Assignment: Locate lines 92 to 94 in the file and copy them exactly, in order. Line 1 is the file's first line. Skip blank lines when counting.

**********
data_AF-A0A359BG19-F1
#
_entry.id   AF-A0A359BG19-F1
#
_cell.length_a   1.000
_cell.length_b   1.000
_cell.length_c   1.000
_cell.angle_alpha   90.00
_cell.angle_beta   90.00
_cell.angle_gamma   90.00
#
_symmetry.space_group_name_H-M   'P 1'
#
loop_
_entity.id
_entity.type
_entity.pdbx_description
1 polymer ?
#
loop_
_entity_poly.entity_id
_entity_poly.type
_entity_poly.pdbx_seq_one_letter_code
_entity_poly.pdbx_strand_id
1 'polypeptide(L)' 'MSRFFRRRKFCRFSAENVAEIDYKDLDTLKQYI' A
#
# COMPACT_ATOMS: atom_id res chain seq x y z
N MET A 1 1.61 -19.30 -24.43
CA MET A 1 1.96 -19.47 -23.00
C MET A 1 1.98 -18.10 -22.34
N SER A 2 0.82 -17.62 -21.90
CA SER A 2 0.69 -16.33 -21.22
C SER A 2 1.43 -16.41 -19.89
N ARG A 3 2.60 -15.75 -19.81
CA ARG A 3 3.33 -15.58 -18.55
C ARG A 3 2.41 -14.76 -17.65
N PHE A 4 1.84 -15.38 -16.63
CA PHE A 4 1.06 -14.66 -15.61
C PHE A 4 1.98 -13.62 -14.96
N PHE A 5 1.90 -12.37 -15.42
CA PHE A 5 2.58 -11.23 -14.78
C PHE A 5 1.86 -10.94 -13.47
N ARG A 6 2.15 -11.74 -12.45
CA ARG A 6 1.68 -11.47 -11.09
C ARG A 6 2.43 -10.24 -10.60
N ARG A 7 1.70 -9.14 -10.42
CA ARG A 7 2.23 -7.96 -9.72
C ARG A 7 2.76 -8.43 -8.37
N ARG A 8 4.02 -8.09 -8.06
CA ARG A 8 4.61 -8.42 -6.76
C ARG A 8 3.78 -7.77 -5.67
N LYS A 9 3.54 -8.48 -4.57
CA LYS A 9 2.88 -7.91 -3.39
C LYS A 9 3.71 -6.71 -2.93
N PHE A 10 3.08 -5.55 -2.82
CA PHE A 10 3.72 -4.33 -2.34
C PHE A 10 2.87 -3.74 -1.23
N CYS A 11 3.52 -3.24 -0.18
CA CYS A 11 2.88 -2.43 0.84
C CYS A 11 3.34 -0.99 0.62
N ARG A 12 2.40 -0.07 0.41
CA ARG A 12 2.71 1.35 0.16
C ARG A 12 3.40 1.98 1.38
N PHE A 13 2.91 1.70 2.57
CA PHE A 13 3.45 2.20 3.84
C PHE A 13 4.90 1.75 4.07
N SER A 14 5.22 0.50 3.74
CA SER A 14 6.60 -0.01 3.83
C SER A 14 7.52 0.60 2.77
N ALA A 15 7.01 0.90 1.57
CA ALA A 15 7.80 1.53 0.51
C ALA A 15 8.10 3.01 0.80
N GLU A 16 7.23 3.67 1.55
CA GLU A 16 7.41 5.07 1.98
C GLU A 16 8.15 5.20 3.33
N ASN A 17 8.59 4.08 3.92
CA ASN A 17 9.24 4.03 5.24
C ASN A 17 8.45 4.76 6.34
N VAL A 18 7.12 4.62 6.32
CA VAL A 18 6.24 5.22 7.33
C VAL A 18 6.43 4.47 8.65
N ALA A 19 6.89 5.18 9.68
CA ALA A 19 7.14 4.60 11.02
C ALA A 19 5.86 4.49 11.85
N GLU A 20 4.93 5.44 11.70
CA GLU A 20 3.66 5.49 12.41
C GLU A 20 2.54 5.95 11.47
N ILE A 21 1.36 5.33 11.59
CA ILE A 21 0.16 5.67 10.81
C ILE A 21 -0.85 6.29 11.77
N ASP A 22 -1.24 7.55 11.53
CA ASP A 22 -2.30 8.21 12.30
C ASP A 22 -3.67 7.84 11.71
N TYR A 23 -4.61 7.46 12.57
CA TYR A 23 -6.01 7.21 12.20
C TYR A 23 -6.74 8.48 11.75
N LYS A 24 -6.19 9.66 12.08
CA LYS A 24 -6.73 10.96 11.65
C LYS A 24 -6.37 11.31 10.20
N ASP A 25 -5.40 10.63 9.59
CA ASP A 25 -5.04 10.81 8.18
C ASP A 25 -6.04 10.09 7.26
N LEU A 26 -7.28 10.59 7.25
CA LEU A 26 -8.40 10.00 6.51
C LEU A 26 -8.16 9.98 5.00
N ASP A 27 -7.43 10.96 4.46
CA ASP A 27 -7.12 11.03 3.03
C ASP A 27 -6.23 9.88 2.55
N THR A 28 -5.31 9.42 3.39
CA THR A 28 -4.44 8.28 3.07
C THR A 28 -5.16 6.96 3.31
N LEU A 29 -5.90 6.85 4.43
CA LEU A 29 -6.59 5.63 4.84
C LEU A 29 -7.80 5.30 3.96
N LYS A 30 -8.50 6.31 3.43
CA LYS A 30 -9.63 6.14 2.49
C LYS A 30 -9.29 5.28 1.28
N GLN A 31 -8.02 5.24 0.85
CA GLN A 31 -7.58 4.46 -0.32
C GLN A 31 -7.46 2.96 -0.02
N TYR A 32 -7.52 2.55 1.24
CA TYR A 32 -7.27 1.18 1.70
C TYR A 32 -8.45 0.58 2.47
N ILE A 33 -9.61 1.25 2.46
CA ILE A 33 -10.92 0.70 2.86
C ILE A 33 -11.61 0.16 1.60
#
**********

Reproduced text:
CA ASP A 22 -2.30 8.21 12.30
C ASP A 22 -3.67 7.84 11.71
N TYR A 23 -4.61 7.46 12.57